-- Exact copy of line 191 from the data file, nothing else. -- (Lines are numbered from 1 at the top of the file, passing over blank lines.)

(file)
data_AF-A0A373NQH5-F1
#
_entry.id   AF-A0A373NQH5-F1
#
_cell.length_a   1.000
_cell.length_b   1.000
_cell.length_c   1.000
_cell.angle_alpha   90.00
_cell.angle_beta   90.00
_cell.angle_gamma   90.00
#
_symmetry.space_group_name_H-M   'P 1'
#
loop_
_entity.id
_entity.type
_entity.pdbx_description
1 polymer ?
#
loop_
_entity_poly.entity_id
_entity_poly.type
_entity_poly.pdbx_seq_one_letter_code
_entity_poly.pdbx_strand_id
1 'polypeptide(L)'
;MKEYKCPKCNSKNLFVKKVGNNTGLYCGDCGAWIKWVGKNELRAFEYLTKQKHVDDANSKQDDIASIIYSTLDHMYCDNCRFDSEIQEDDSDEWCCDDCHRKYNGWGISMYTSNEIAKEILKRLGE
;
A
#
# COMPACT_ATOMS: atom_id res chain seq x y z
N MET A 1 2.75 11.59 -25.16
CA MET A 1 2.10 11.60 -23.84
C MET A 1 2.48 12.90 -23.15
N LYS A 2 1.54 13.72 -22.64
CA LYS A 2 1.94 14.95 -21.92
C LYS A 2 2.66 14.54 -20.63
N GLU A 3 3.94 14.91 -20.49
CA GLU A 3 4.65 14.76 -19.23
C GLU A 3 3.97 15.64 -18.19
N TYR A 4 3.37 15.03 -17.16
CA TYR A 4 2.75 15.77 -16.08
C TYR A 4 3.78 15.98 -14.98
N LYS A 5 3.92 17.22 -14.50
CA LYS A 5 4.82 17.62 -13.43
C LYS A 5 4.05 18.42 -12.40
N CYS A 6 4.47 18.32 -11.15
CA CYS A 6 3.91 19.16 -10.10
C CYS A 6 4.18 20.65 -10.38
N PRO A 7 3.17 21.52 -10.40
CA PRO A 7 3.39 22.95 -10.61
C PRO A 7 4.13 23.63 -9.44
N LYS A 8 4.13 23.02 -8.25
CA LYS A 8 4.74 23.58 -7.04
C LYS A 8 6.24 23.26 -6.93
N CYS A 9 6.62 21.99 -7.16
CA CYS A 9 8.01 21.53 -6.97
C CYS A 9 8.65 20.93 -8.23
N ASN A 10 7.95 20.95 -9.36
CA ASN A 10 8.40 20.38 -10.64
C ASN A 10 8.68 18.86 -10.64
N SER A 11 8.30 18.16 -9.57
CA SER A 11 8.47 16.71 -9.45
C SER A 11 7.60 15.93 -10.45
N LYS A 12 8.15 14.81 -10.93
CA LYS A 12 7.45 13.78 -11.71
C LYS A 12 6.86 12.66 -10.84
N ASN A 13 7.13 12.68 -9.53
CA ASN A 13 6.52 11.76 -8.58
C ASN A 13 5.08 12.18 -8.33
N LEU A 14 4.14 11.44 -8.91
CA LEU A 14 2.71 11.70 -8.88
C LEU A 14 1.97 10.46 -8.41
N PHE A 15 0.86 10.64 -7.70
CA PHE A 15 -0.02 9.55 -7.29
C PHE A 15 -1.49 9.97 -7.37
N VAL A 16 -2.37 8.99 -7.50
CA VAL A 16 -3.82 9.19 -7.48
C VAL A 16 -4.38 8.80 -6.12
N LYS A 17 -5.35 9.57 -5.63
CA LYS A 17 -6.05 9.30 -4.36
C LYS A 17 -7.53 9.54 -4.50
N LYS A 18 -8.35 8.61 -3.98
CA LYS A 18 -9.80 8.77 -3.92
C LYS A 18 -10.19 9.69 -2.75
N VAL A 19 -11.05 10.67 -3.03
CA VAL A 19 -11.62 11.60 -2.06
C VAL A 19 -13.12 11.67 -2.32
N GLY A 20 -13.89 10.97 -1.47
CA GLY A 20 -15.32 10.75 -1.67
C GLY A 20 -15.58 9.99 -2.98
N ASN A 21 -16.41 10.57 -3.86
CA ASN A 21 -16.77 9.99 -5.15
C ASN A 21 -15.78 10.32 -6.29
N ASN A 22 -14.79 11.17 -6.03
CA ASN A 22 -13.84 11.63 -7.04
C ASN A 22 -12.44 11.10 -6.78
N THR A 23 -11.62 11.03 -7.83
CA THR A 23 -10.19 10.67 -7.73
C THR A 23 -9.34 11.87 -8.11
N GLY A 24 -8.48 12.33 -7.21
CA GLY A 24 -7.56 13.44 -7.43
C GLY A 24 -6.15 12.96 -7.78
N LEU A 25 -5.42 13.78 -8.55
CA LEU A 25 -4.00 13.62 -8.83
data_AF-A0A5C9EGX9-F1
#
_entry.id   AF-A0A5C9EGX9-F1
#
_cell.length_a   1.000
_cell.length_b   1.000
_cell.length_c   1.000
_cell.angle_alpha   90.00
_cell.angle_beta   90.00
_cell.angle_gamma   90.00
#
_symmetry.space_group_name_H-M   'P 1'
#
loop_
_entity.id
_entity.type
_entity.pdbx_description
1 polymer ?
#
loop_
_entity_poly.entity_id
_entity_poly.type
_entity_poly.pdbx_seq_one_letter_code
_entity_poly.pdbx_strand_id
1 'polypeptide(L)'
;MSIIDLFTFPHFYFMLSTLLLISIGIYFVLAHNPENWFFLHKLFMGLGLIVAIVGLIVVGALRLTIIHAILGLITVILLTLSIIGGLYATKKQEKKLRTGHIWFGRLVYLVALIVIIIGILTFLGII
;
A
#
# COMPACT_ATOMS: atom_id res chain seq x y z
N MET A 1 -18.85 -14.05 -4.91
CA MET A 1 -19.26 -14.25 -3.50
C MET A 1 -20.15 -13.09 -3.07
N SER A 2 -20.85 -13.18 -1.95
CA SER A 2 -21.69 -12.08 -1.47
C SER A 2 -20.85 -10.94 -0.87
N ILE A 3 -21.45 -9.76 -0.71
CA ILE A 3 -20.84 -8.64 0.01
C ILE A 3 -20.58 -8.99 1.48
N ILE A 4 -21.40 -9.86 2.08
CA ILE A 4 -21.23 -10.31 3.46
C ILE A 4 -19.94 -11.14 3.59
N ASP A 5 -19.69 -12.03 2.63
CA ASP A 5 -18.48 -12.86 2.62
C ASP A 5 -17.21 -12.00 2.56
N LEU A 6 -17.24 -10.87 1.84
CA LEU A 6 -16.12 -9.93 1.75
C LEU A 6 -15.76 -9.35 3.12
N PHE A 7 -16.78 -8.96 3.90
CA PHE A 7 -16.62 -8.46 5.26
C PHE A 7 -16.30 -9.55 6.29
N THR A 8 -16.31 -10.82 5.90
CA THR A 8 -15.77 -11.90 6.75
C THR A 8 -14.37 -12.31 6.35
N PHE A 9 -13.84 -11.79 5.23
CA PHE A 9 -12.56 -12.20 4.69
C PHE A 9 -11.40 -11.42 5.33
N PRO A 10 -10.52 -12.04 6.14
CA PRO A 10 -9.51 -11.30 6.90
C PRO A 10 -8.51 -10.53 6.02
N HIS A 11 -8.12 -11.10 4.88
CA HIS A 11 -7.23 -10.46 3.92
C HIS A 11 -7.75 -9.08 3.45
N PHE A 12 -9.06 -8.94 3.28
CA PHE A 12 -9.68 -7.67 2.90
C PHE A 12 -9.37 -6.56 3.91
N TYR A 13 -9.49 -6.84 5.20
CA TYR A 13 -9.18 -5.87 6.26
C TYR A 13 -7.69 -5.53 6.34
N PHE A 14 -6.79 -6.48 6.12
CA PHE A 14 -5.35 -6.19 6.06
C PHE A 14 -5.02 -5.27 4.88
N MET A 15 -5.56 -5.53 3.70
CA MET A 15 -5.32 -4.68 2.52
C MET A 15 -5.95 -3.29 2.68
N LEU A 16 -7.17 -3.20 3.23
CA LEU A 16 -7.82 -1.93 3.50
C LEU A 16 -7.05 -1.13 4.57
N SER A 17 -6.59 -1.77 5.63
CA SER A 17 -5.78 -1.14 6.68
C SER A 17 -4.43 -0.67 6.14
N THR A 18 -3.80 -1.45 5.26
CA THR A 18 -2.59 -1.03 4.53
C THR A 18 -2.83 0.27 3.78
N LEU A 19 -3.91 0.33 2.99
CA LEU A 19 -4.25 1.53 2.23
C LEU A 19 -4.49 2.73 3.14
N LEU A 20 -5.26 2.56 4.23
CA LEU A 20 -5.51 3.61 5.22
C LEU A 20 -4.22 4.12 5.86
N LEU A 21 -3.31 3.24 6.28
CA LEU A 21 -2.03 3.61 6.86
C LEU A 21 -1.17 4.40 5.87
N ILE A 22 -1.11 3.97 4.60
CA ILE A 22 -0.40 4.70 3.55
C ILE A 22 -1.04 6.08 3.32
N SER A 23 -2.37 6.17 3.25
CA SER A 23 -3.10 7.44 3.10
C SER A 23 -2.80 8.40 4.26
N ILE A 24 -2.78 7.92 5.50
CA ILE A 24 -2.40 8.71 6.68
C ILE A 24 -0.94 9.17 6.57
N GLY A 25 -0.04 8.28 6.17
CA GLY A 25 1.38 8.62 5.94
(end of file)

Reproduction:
C LEU A 19 -4.49 2.73 3.14